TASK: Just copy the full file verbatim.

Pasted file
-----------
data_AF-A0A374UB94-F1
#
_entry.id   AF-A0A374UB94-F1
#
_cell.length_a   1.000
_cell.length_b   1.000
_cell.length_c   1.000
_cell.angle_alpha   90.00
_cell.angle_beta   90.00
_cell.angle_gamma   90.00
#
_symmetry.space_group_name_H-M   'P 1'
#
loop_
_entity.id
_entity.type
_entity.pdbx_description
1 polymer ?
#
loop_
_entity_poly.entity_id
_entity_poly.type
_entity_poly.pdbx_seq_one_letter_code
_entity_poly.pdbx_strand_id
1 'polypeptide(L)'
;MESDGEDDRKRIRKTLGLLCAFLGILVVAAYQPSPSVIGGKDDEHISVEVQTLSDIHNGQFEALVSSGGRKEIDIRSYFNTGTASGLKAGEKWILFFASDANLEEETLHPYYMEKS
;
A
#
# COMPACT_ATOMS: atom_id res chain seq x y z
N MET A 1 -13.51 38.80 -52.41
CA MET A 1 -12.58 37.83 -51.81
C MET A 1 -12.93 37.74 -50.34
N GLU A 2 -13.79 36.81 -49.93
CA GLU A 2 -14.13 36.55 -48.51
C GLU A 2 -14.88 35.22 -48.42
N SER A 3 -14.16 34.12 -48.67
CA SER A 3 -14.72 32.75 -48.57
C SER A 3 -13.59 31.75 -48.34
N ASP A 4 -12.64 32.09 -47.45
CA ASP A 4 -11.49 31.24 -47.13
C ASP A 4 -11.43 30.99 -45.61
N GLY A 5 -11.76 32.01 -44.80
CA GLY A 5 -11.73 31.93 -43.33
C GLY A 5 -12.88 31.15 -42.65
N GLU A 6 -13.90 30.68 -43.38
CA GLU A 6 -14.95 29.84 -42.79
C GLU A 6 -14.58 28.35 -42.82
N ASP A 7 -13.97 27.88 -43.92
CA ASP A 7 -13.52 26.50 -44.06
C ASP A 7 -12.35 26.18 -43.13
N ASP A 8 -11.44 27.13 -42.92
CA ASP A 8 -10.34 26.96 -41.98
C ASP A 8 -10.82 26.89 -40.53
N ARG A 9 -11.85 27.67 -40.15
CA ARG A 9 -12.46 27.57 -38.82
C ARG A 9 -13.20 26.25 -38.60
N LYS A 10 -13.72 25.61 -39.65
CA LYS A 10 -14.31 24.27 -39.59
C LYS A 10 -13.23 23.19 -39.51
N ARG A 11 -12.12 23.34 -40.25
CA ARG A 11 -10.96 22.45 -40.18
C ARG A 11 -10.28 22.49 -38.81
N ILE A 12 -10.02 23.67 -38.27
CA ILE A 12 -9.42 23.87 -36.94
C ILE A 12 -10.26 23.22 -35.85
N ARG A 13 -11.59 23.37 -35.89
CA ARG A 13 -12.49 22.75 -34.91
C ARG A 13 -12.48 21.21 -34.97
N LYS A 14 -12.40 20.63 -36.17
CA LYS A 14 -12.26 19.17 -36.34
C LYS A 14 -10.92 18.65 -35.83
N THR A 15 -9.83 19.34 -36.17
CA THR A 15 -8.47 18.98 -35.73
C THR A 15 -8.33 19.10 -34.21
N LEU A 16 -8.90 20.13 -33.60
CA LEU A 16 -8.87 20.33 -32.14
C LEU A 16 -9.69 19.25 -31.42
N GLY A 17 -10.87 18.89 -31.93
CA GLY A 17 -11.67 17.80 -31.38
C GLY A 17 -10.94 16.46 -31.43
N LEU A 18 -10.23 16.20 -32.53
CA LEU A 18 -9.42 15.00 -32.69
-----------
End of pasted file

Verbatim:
data_AF-A0A374UB94-F1
#
_entry.id   AF-A0A374UB94-F1
#
_cell.length_a   1.000
_cell.length_b   1.000
_cell.length_c   1.000
_cell.angle_alpha   90.00
_cell.angle_beta   90.00
_cell.angle_gamma   90.00
#
_symmetry.space_group_name_H-M   'P 1'
#
loop_
_entity.id
_entity.type
_entity.pdbx_description
1 polymer ?
#
loop_
_entity_poly.entity_id
_entity_poly.type
_entity_poly.pdbx_seq_one_letter_code
_entity_poly.pdbx_strand_id
1 'polypeptide(L)'
;MESDGEDDRKRIRKTLGLLCAFLGILVVAAYQPSPSVIGGKDDEHISVEVQTLSDIHNGQFEALVSSGGRKEIDIRSYFNTGTASGLKAGEKWILFFASDANLEEETLHPYYMEKS
;
A
#
# COMPACT_ATOMS: atom_id res chain seq x y z
N MET A 1 -13.51 38.80 -52.41
CA MET A 1 -12.58 37.83 -51.81
C MET A 1 -12.93 37.74 -50.34
N GLU A 2 -13.79 36.81 -49.93
CA GLU A 2 -14.13 36.55 -48.51
C GLU A 2 -14.88 35.22 -48.42
N SER A 3 -14.16 34.12 -48.67
CA SER A 3 -14.72 32.75 -48.57
C SER A 3 -13.59 31.75 -48.34
N ASP A 4 -12.64 32.09 -47.45
CA ASP A 4 -11.49 31.24 -47.13
C ASP A 4 -11.43 30.99 -45.61
N GLY A 5 -11.76 32.01 -44.80
CA GLY A 5 -11.73 31.93 -43.33
C GLY A 5 -12.88 31.15 -42.65
N GLU A 6 -13.90 30.68 -43.38
CA GLU A 6 -14.95 29.84 -42.79
C GLU A 6 -14.58 28.35 -42.82
N ASP A 7 -13.97 27.88 -43.92
CA ASP A 7 -13.52 26.50 -44.06
C ASP A 7 -12.35 26.18 -43.13
N ASP A 8 -11.44 27.13 -42.92
CA ASP A 8 -10.34 26.96 -41.98
C ASP A 8 -10.82 26.89 -40.53
N ARG A 9 -11.85 27.67 -40.15
CA ARG A 9 -12.46 27.57 -38.82
C ARG A 9 -13.20 26.25 -38.60
N LYS A 10 -13.72 25.61 -39.65
CA LYS A 10 -14.31 24.27 -39.59
C LYS A 10 -13.23 23.19 -39.51
N ARG A 11 -12.12 23.34 -40.25
CA ARG A 11 -10.96 22.45 -40.18
C ARG A 11 -10.28 22.49 -38.81
N ILE A 12 -10.02 23.67 -38.27
CA ILE A 12 -9.42 23.87 -36.94
C ILE A 12 -10.26 23.22 -35.85
N ARG A 13 -11.59 23.37 -35.89
CA ARG A 13 -12.49 22.75 -34.91
C ARG A 13 -12.48 21.21 -34.97
N LYS A 14 -12.40 20.63 -36.17
CA LYS A 14 -12.26 19.17 -36.34
C LYS A 14 -10.92 18.65 -35.83
N THR A 15 -9.83 19.34 -36.17
CA THR A 15 -8.47 18.98 -35.73
C THR A 15 -8.33 19.10 -34.21
N LEU A 16 -8.90 20.13 -33.60
CA LEU A 16 -8.87 20.33 -32.14
C LEU A 16 -9.69 19.25 -31.42
N GLY A 17 -10.87 18.89 -31.93
CA GLY A 17 -11.67 17.80 -31.38
C GLY A 17 -10.94 16.46 -31.43
N LEU A 18 -10.23 16.20 -32.53
CA LEU A 18 -9.42 15.00 -32.69